When I worked in the Pastoral Care Department of a hospital that was designated a Level I Trauma Center (See: “We Are Not a Number“), my duties were varied – praying with a patient right before their surgery, comforting a family waiting in the ER for their family member, rushing to any room that was involved in a Code, contacting family members for any patient who was brought in by Medevac Helicopter, or even sitting with anyone alone in the ER, looking scared and in pain. That last description was just about everyone.
In the rare event that I had a chance to try for some rest in the on-call room, I would prop my feet up and close my eyes until the beeping of my pager broke into my reverie. Either that, or the whirring sound of the helicopter blades as the Medevac neared its landing pad on the roof. Then it would be off the bed, out the door, racing to the trauma bays. “ETA – 10 minutes.” Just enough time to arrive at the ER, get suited up, ready for whomever was brought in.
Sometimes it was a motor vehicle accident or an ATV rider without a helmet vs. a tree, a drunk driver crashing into a building, a lineman electrocuted by live wires, a lonely person who jumped from a bridge or took too many pills, someone rescued from a burning house or a factory explosion. All sorts of traumas passed through the doors.
Staff included ER doctors, nurses, chaplains, phlebotomists, x-ray techs, security guards, physician’s assistants – all standing in their appointed spot in the small area that included two fully equipped trauma bays, waiting for the flight nurses or EMTs to arrive with their patient. I never saw anyone or anything that was unprofessional; the focus was always on each arriving patient and doing whatever possible to save their lives. The staff moved as a team with quiet precision.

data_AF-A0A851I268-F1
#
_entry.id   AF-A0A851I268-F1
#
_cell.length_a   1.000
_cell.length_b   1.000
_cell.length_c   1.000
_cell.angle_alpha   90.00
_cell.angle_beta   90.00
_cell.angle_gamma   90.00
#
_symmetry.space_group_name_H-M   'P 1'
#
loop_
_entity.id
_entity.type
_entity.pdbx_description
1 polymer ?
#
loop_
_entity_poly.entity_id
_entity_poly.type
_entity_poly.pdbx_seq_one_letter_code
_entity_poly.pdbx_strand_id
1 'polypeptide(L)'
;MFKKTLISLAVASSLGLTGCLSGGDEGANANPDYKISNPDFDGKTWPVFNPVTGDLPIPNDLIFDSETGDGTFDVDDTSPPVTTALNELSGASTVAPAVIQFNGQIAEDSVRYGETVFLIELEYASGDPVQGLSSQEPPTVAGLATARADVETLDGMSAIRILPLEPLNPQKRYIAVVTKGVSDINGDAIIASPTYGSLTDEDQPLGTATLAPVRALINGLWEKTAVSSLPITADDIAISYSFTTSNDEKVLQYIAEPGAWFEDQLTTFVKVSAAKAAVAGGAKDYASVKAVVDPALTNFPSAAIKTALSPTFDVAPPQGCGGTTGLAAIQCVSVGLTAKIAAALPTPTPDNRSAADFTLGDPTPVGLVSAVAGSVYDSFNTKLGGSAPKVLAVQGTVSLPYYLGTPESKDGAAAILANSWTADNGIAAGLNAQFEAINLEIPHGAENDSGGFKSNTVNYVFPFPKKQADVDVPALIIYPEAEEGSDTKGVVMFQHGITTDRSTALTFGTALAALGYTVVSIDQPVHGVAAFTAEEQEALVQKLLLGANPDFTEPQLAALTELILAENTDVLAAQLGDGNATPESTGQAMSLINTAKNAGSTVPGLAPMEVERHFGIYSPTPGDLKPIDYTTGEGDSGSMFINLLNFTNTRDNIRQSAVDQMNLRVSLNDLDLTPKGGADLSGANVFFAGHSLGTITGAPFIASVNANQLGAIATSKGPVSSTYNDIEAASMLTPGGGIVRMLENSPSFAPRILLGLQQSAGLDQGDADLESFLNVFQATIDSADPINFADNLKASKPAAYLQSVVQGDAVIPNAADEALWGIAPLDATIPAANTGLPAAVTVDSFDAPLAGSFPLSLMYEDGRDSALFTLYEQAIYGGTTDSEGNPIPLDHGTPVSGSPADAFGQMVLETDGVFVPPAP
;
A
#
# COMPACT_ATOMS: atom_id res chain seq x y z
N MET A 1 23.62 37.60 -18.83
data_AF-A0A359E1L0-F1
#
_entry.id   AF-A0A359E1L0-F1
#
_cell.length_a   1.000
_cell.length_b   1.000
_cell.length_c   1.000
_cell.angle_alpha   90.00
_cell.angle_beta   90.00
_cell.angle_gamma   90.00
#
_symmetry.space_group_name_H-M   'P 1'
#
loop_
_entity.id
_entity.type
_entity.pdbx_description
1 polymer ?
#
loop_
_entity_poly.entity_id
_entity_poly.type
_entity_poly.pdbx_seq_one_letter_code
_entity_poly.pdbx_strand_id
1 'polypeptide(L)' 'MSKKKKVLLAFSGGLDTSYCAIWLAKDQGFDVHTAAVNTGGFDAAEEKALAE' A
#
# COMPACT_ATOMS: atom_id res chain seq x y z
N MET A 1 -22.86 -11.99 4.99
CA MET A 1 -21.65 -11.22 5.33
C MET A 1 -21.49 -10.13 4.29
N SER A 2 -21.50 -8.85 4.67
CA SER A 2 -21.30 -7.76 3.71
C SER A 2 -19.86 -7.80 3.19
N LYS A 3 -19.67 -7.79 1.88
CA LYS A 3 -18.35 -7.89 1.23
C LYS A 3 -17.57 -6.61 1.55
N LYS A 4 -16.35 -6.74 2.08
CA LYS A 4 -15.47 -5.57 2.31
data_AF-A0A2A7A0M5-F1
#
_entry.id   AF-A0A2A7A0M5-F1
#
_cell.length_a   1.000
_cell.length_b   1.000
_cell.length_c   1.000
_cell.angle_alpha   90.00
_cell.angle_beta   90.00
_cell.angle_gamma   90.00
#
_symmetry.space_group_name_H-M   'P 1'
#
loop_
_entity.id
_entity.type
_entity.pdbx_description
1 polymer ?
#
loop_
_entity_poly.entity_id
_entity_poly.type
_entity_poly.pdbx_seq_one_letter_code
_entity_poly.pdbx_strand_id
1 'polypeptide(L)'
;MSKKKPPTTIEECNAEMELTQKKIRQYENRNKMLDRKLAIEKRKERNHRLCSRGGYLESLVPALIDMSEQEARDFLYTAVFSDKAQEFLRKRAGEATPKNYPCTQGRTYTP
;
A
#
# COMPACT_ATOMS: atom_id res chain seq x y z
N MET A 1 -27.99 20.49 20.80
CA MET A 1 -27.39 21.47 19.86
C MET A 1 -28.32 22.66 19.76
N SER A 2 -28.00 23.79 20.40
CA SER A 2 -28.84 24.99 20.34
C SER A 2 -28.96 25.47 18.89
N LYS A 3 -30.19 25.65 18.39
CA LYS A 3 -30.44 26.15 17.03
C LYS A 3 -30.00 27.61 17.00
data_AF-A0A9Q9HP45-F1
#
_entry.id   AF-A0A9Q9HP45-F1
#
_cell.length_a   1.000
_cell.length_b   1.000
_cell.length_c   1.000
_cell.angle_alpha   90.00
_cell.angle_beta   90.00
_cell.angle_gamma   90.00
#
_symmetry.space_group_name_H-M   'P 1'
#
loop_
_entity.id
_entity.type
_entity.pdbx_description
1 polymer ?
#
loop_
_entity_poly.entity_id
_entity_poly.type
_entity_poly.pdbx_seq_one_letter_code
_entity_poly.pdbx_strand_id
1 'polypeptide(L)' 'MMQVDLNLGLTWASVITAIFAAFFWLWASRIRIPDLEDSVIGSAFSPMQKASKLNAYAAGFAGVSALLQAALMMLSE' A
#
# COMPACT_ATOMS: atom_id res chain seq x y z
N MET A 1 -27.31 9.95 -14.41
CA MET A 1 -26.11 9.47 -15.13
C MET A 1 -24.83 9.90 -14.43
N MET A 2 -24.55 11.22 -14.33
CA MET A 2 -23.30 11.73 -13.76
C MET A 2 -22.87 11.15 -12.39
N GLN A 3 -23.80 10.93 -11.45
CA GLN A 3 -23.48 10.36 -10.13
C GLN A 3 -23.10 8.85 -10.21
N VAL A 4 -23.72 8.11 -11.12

On a particularly busy night, our latest arrivals were a young mother and her child from a motor vehicle accident; her husband and their second child were taken to another hospital near-by. Thankfully, the child escaped with minor abrasions and a concussion, and was already in a bed in pediatrics. The mother took more time to stabilize with some broken ribs, a fractured wrist, abrasions and contusions. Following our treatment, she was whisked off for a C-T scan.
Business as usual followed each patient – housekeeping cleaned the area, doctors signed off on computers, security locked up valuables and technicians moved aside their portable x-ray machines.
Suddenly the double doors from inside the ER swung open and the young mother was brought back in. Puzzled, we looked to the tech who wheeled her past us into the surgical suite adjacent to the bays. This operating room was normally used for those patients with injuries severe enough that there wasn’t enough time to make it to a regular OR.
Knowing she didn’t need surgery, someone asked what was wrong.
“This seems to be the only private area available. The other hospital notified us that the husband will be okay, but we need to tell her that her other child died.”